How to Have Self-Directed Attitudes
Baker (Lynne Rudder)
Source: Hans Bernhard Schmid, Anita Konzelmann Ziv, and Juliette Gloor, editors, Self-Evaluation: Individual and Collective. Springer Publishing, 2011
Paper - Abstract

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Author’s Abstract

    Self-directed and self-evaluative attitudes are often connected to one’s social position. Before investigating the dependence relations between individual self-evaluation and social positioning, however, there is a prior question to answer: What are the conditions under which an individual can have any self-directed attitudes at all? In order to be the subject of self-directed or self-evaluative attitudes, I shall argue, an individual must have linguistic and social relations. I’ll discuss the first-person perspective, self-concepts and their acquisition — all from a radically non-Cartesian, externalist point of view. This paper will combine my work on first-person perspectives with my work on “content externalism” in the philosophy of mind in order to understand how someone can have self-directed attitudes at all.

Author’s Introduction1
  1. Having self-directed attitudes — attitudes about oneself — is a precondition for making any individual self-evaluation. Self-directed attitudes and self-evaluative attitudes — such as self-love, self-esteem and self-loathing — “are [in the words of our organizers] often closely tied to the position one occupies within a network of social relations.” Quite so. But before investigating the particular dependence relations between individual self-evaluation and social positioning, there is a prior question to answer: What are the conditions under which an individual can have any self-directed attitudes at all? That is the question that I want to address here. Then, I want to draw a moral about what it is to be a human person.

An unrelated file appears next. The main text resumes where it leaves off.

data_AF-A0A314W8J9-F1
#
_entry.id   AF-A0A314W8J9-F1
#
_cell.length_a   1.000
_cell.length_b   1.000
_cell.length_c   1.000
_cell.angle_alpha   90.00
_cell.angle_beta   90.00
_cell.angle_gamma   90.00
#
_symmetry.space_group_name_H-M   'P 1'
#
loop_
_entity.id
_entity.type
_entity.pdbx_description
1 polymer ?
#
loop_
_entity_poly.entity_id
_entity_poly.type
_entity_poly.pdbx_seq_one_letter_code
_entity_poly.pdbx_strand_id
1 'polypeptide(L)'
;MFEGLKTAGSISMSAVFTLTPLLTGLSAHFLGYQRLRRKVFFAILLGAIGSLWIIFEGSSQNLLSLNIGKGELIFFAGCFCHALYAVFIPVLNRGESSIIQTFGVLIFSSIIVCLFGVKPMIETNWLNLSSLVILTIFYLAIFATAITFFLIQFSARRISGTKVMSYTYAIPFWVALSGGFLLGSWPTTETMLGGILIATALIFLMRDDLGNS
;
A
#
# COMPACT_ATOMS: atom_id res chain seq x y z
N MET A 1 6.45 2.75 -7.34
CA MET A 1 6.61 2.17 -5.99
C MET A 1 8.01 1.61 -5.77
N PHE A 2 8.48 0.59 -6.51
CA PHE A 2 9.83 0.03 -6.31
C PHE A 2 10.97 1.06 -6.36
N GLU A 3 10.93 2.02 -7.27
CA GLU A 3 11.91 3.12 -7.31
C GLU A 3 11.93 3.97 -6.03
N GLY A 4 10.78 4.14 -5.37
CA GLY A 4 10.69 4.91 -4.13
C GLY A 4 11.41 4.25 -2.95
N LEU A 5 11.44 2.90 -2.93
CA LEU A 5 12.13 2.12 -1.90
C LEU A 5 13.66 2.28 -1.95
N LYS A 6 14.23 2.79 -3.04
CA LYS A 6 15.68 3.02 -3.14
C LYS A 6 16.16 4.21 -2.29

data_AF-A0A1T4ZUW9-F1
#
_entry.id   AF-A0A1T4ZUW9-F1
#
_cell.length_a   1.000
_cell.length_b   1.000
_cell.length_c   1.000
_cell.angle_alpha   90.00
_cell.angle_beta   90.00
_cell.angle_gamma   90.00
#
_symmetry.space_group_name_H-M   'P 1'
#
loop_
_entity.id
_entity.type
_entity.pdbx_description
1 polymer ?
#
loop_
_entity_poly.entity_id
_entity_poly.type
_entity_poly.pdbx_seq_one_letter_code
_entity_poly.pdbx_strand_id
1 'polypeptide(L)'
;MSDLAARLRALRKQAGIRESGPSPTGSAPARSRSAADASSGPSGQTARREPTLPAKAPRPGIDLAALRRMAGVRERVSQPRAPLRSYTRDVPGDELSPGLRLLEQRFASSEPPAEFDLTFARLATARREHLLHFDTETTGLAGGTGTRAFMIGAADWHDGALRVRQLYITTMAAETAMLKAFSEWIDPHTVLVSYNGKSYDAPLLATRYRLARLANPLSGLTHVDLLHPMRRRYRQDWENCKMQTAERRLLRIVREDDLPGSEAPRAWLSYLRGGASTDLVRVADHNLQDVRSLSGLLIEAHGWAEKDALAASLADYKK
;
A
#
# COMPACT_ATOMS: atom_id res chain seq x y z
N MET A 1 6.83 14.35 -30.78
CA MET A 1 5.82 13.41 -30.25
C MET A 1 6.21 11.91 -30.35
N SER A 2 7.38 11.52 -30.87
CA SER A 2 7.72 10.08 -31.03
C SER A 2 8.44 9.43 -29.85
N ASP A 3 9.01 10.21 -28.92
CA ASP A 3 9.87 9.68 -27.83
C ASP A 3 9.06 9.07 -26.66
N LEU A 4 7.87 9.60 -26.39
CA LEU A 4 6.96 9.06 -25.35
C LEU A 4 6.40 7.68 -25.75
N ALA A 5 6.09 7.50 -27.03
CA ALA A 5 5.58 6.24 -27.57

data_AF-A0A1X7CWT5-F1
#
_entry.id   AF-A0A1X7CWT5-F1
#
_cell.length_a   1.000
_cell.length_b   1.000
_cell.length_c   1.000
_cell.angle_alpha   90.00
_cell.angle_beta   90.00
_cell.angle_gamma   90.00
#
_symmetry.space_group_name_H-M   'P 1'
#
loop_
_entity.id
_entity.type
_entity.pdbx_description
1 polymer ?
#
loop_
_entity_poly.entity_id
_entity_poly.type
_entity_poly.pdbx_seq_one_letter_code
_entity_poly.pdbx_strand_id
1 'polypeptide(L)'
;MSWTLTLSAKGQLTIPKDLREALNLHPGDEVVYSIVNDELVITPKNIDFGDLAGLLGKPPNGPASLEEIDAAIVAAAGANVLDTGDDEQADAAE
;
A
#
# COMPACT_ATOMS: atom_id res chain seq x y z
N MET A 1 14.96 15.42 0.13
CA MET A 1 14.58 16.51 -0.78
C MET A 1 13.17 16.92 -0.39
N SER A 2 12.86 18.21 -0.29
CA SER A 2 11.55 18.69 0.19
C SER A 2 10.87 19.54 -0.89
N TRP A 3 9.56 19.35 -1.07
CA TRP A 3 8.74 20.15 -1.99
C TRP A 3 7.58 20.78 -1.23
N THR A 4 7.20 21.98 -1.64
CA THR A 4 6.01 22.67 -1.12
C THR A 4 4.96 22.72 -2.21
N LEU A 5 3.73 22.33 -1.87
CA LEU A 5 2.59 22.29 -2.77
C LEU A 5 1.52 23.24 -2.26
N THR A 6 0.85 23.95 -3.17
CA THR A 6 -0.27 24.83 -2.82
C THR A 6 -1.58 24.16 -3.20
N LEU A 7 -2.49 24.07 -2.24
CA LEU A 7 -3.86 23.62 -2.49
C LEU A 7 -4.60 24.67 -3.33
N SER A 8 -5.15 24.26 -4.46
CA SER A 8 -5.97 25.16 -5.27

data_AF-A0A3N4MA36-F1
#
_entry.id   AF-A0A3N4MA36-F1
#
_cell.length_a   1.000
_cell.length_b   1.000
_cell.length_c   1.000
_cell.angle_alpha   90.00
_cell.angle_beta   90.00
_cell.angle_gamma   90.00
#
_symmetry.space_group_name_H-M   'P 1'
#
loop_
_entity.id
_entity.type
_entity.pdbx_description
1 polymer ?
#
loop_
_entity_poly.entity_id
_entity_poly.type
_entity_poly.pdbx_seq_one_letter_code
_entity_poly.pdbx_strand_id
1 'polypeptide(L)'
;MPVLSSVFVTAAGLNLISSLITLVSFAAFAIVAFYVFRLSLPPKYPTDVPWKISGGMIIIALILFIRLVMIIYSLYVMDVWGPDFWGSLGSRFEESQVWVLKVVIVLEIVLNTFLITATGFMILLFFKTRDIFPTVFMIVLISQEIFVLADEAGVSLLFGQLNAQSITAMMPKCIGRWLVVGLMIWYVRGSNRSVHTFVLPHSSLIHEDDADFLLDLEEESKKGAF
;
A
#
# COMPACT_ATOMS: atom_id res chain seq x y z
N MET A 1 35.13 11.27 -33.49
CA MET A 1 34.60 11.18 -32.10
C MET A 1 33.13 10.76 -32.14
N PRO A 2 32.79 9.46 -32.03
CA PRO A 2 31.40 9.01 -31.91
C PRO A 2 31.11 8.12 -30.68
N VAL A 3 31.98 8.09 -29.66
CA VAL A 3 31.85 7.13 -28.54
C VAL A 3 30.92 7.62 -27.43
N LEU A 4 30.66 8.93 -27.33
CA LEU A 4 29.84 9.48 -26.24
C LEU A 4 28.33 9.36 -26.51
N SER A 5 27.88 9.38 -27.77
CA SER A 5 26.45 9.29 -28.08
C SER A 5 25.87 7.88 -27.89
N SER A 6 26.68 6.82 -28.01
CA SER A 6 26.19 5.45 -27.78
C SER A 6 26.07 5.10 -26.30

2. In order to be the subject of self-directed or self-evaluative attitudes, I shall argue, an individual must have linguistic and social relations. Some self-directed attitudes obviously require the subject to have linguistic and social relations. For example, pride in one’s class rank requires comparison between oneself and others (as well as having the concept class rank.) By contrast, other attitudes of self-satisfaction (such as one’s self-satisfaction in sticking to a healthful diet) do not obviously require one to have linguistic and social relations. However — as I shall argue — obvious or not, self-satisfaction in anything (even in having a healthful diet) does require that one have linguistic and social relations in a less specific way. Indeed, anyone who has any self-directed attitudes has linguistic and social relations.
  3. All self-directed attitudes are reflexive in that their object is always the person who has the attitude. But some self-directed attitudes are individuated not only by object (the person who has the attitude) but also by content. What makes pride in one’s class rank and pride in one’s social standing different attitudes is that they have different contents. Other self-directed attitudes, such as narcissism and self-esteem, do not seem to require such specific content. But, as I said, my aim here is to show that every self-directed or self-evaluative attitude requires that its subject have linguistic and social relations — regardless of whether or not the attitude is individuated by specific content (like pride in one’s social standing) or is more generalized (like narcissism) and regardless of whether or not the attitude is tied to the position that the subject occupies within a network of social relations.

Comment:

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In-Page Footnotes

Footnote 1: The text was continuous with the above paragraph, but – because of the repetition – I’ve assumed this division is the correct.


Text Colour Conventions (see disclaimer)

  1. Blue: Text by me; © Theo Todman, 2019
  2. Mauve: Text by correspondent(s) or other author(s); © the author(s)



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